Manchester City's transfer spree is over and the club will now invest money in developing young players and bringing in the best coaches.
City defend their stance
Manchester City's transfer spree is over and the club will now invest money in developing young players and bringing in the best coaches. That is the declaration from Garry Cook, the executive chairman, who has helped assemble a squad that, he believes, can "challenge the best in the Premier League".
Speaking in the wake of new rules governing finances and home-grown players in the English Premier League, Cook said other clubs should stop referring to City when the debate concerning irresponsible spending in football arises. "I find that criticism and opinion should be based on fact," said Cook. "If you know all the facts then only then can you have a highly-educated opinion. "When you are blessed with the ownership that we have, true pragmatists, patient and sensible business people, then we should encourage people like that into our world because it can only better the league."
From next season Premier League clubs will have to prove they are financially stable in order to be allowed to compete - a test City would pass with flying colours. However, they will also have to list eight home-grown players in a squad of 25 and even though they would be able to do this, they know it is vital that more young players come through the ranks. The club are overhauling the youth system set-up. Brian Kidd, the former Manchester United assistant coach, has been recruited as technical development manager and will oversee the club's youth system. Jim Cassell has left his position as academy director and will run the international branch of the club's academy in Abu Dhabi.
Andy Welsh, the former head of the Leeds academy which produced England internationals Aaron Lennon and James Milner, has replaced Cassell and he will head up the academy at their base in Platt Lane, Manchester. And Cook has promised more resources will now be spent on other areas of the club's infrastructure, including the scouting network. "Now we have a squad that can challenge the best in the Premier League, we can go back and do what we have been doing so well, and over-invest with coaches, staffing, sports science, the whole thing," he said. "The youth development is huge for us. We have already done a few things in this area that will bear fruit.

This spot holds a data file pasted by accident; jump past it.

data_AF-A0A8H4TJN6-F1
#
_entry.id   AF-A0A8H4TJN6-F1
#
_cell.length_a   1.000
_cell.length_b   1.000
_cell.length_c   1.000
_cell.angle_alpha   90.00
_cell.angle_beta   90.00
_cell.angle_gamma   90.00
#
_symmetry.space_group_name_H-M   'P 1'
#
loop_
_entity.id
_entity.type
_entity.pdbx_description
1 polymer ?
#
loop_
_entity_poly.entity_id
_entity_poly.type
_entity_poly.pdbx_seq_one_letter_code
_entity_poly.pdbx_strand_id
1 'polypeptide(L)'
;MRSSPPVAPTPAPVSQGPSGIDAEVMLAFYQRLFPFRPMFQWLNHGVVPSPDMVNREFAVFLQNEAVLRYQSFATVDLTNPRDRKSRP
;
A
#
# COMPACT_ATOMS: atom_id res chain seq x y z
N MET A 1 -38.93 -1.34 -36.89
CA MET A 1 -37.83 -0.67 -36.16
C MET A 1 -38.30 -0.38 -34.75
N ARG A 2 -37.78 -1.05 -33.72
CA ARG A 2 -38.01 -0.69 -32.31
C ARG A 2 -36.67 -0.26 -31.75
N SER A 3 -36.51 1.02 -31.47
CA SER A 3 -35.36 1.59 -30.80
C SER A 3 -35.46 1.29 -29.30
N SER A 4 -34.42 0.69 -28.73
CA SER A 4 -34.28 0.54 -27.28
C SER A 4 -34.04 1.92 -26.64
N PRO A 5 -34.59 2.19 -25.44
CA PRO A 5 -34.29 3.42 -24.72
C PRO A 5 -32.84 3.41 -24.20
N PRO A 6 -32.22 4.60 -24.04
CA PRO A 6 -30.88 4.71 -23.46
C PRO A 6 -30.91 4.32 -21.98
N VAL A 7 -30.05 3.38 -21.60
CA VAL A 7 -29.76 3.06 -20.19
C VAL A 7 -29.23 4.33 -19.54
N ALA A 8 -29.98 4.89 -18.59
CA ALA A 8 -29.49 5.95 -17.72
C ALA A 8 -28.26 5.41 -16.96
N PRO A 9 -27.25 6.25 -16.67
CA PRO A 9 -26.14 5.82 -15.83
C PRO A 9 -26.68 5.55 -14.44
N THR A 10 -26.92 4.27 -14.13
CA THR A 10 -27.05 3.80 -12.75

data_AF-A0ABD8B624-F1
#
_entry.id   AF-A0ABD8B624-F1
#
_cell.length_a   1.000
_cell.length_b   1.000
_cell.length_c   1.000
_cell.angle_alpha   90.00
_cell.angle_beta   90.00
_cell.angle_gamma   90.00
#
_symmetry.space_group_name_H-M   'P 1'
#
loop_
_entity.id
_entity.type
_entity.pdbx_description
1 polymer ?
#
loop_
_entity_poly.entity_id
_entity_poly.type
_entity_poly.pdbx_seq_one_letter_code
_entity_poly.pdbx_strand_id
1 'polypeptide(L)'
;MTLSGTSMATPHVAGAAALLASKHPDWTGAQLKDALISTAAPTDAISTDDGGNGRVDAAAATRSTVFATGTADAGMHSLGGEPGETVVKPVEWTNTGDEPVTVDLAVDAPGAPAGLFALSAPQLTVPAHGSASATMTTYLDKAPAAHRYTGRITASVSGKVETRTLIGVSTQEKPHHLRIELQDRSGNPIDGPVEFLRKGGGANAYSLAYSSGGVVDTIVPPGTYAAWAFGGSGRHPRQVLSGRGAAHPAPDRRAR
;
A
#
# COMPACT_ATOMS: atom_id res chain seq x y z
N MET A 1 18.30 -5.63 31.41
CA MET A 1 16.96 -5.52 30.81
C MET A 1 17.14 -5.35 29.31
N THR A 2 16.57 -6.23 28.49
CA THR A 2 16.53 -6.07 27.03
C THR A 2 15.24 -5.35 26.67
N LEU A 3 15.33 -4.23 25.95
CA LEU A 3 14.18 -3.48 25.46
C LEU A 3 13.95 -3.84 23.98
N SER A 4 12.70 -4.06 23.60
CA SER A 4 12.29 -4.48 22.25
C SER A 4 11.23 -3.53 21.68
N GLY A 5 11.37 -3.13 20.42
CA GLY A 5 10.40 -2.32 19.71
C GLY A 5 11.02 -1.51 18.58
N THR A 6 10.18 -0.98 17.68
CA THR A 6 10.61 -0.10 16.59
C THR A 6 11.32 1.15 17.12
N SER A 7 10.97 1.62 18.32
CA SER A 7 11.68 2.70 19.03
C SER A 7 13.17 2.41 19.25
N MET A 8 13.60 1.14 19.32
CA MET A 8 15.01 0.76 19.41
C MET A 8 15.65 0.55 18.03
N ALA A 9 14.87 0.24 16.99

"We see ourselves over-investing in this area and you will find we will not be signing players to the extent we have done in the past year. Our academy will be the focus for the next 12 months." The announcement of the new Premier League requirements once again brought into the spotlight the huge amount clubs are spending on attempting to either win silverware or merely survive in the league. Liverpool co-owner Tom Hicks claims the City model, funded by Sheikh Mansour, is "unsustainable", but Cook feels the top four sides are unsettled at the prospect of their hegemony being broken.
"Nobody knows what our business model is and everyone is assuming that it is the one they think it is," he said. "We know what we are doing over the next five years. Tom Hicks doesn't.He has his own football club that he's got his ambitions for, we respect that. I don't know whether the criticism is jealousy or fear, but maybe it's the unknown. No one is sure how it will all pan out." firstname.lastname@example.org
Adebayor out of derby, s3